Gazette opinion: Social safety net in Billings cannot take these cuts

February 28, 2018 GMT

A year ago, the Center for Children and Families was housing 40 homeless children and mothers. Two dozen of the moms were in outpatient addiction treatment with the center; others were in treatment with other Billings counseling services. Many of these women were participating in drug treatment court programs.

The center, 3021 Third Ave. N., closed Wednesday — another victim of the deep cutbacks in Medicaid payments and state-funded human services under way since last summer.

“We are ceasing operations today” Amy Fladmo, the center’s executive director, told The Billings Gazette Wednesday. “Devastating” is the word she used repeatedly when describing the Medicaid reductions that precipitated the closure.

Directed by the governor and the legislature to reduce spending, the Montana Department of Public Health and Human Services stopped paying for Second Chance Homes that sheltered children and mothers together in Billings, Helena and Missoula.

The loss of housing was devastating, Fladmo said. Then she learned of the substance abuse treatment cutbacks that are the subject of a public hearing at 10 a.m. Thursday in Helena. “I learned of the deep cuts, almost cutting in half reimbursements for substance abuse treatment and reductions in the number of sessions reimbursed. We just didn’t have the capacity to absorb those cuts.”

Ninety percent of the parents and children the center served were enrolled in Medicaid. So when reimbursements were reduced by 3 percent in January, the financial impact was significant. The elimination of targeted case management was another financial hit.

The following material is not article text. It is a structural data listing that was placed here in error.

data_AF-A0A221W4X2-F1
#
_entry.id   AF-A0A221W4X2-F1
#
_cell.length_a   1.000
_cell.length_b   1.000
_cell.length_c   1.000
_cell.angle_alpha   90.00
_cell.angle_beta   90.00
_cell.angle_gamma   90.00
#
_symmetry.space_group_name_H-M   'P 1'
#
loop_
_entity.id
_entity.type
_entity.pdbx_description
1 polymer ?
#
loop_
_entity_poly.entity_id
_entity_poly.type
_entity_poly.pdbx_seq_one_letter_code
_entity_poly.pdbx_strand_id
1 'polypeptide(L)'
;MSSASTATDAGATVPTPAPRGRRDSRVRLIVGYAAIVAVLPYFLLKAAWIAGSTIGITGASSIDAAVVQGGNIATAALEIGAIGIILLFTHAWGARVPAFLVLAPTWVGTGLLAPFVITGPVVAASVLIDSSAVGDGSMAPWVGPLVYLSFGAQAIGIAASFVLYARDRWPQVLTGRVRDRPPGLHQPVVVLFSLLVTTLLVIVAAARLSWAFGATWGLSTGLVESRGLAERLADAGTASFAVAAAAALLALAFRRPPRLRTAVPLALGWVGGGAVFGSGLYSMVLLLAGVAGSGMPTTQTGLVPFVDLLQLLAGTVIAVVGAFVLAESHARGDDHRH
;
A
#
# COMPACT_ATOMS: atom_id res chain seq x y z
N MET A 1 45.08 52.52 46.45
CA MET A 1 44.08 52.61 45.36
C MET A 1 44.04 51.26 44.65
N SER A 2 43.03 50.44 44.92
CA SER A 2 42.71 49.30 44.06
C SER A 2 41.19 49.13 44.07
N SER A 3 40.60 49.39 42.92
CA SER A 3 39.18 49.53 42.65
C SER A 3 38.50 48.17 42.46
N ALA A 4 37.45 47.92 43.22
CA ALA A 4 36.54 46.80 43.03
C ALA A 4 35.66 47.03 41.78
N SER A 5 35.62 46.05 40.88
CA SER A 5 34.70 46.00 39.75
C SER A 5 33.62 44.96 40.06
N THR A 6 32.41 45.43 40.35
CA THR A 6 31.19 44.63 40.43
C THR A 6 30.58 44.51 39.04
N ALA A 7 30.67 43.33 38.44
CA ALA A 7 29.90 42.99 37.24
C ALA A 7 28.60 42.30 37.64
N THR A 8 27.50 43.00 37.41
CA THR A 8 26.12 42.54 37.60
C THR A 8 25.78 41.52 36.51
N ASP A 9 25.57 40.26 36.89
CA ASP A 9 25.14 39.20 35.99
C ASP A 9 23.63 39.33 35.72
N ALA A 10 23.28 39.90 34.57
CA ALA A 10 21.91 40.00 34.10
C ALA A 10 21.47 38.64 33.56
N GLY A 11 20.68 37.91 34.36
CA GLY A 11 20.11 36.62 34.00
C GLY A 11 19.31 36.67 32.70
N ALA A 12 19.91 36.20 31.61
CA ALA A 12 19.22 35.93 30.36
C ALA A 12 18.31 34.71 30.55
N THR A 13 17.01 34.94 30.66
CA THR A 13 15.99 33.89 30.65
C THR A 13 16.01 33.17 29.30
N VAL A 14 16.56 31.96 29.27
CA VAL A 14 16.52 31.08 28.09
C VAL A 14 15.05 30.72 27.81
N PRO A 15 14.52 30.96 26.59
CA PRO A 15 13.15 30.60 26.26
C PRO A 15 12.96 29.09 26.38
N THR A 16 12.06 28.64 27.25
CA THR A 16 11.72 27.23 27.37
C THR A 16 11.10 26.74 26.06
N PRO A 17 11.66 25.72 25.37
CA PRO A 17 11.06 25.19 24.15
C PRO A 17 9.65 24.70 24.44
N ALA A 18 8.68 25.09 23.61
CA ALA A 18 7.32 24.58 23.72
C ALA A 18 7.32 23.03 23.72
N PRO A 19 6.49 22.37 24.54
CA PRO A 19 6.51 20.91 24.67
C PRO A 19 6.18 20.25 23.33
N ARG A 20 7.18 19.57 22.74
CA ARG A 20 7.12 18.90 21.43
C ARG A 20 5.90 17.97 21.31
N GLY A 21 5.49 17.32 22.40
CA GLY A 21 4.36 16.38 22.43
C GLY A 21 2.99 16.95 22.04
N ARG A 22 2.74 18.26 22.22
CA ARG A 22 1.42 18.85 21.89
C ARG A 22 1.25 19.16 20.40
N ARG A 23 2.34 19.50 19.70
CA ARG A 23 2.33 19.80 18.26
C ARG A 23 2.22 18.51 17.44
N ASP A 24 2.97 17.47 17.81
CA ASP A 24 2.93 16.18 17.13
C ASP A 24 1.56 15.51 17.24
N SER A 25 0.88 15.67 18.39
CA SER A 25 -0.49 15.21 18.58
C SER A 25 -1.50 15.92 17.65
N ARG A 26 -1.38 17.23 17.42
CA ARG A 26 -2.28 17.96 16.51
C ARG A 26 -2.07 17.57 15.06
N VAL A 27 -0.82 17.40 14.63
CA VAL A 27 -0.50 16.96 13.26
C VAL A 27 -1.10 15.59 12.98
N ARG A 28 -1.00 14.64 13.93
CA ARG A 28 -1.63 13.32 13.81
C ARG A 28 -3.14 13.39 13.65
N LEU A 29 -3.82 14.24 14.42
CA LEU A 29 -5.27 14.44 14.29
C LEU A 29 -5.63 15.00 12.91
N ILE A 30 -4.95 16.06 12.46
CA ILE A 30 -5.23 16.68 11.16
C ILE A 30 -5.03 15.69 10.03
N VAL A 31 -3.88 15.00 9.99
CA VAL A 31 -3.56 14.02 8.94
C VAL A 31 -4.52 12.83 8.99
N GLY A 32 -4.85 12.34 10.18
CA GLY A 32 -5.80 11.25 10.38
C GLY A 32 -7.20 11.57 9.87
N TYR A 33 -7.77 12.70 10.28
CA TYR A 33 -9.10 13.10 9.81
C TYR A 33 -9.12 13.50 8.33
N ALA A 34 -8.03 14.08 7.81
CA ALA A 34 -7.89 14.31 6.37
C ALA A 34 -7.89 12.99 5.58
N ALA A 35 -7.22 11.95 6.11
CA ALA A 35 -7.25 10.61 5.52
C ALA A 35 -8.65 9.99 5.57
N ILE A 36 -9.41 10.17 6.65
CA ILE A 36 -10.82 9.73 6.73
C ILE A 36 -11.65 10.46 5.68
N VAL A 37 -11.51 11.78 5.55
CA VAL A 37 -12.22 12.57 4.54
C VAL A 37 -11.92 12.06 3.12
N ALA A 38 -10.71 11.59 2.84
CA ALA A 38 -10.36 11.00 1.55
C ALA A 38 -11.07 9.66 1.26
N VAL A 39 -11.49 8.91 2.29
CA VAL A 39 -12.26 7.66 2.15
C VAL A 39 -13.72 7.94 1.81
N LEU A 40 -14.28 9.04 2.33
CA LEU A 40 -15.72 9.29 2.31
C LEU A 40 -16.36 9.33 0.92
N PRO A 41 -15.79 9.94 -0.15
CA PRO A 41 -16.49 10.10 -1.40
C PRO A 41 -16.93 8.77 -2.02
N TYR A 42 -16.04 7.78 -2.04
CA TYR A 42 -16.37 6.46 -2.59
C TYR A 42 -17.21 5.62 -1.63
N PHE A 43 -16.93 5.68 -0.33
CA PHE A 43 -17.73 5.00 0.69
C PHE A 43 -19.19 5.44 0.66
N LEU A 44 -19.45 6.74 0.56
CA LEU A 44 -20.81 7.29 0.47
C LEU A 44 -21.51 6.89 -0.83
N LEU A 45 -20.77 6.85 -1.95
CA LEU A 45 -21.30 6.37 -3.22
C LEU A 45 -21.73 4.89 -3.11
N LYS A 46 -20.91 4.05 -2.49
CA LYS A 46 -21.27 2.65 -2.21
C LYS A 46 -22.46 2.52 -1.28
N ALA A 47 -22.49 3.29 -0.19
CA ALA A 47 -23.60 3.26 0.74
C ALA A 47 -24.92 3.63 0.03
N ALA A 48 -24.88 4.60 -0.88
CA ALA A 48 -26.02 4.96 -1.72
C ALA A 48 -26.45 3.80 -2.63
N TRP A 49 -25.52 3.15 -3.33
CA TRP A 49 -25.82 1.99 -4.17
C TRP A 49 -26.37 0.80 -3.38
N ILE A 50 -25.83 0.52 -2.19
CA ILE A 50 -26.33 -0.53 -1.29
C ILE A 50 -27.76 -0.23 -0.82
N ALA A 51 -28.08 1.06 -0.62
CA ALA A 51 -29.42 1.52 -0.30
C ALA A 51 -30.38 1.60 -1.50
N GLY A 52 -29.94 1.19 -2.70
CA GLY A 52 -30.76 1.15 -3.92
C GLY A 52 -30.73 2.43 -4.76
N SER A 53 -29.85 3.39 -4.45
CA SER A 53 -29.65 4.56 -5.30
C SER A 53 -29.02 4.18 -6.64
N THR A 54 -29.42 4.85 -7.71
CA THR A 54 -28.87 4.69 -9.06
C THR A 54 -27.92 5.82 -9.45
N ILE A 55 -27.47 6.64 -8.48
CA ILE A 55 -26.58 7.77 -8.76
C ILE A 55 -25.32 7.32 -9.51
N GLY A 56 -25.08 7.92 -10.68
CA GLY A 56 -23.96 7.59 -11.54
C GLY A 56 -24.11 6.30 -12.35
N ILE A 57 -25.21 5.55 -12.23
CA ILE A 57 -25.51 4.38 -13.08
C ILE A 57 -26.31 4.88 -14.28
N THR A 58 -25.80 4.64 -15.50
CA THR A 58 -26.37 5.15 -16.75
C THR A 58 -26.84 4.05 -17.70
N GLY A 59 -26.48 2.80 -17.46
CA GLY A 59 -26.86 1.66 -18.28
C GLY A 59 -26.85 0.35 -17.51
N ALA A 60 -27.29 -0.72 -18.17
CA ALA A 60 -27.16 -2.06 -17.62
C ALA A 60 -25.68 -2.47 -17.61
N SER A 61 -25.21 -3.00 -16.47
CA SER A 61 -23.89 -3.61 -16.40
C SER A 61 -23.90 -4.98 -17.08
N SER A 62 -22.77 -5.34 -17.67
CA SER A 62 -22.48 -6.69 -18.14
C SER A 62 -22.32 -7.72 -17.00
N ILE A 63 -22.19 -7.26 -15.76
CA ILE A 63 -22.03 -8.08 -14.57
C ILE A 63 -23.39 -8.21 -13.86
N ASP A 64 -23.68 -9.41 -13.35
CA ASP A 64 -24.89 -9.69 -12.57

The center’s shutdown this week will result in up to 15 layoffs and the loss of addiction treatment services as well as desperately needed housing for addicted moms and their children. However, most other center services are transitioning to other local agencies, Fladmo said.

The center’s demise should set off alarms in Billings and throughout the state. Other services have been curtailed in small and large communities where barely break-even Medicaid services couldn’t operate with these payment reductions.

“It’s going to be very difficult to continue intensive outpatient treatment,” Lenette Kosovich, Rimrock CEO, told The Gazette recently. “I don’t know what to do. These are catastrophic changes.”

Rimrock, Billings’ largest addiction treatment provider, estimates that compliance with the new requirements proposed at Thursday’s hearing in Helena will increase the nonprofit organization’s expenses by at least $124,000. Combined with Medicaid payment reductions, the DPHHS rule changes “will put us upside down over $500,000. We cannot absorb that kind of financial hit and will also have to decrease services along with our peers,” Kosovich said in a letter to Billings lawmakers serving on the interim health committee.

Rimrock already has more the 200 people on a waiting list for its residential treatment. What happens to them if Rimrock and other Montana treatment providers reduce the number of people served because they can’t afford to maintain present operations? When providers are losing money on every Medicaid patient, they will serve fewer Medicaid patients.

The decision to shut down the Center for Children and Families was forced by a combination of cuts that have already been implemented by DPHHS and by looming cuts that are certain to occur — unless something changes drastically. That’s why The Gazette again calls on Gov. Steve Bullock to order a pause in the DPHHS budget-cutting process. As time goes on and more is learned about the complex spending reductions, it has become evident that the sacrifices are falling hardest on the state’s most vulnerable children and families.

Bullock must halt this rush to dismantle Montana’s addiction treatment and mental health system. DPHHS needs to consult the Montana providers about the least destructive ways to reduce costs overall. The governor should look again at the cost of delaying Medicaid cuts versus the loss of community services statewide.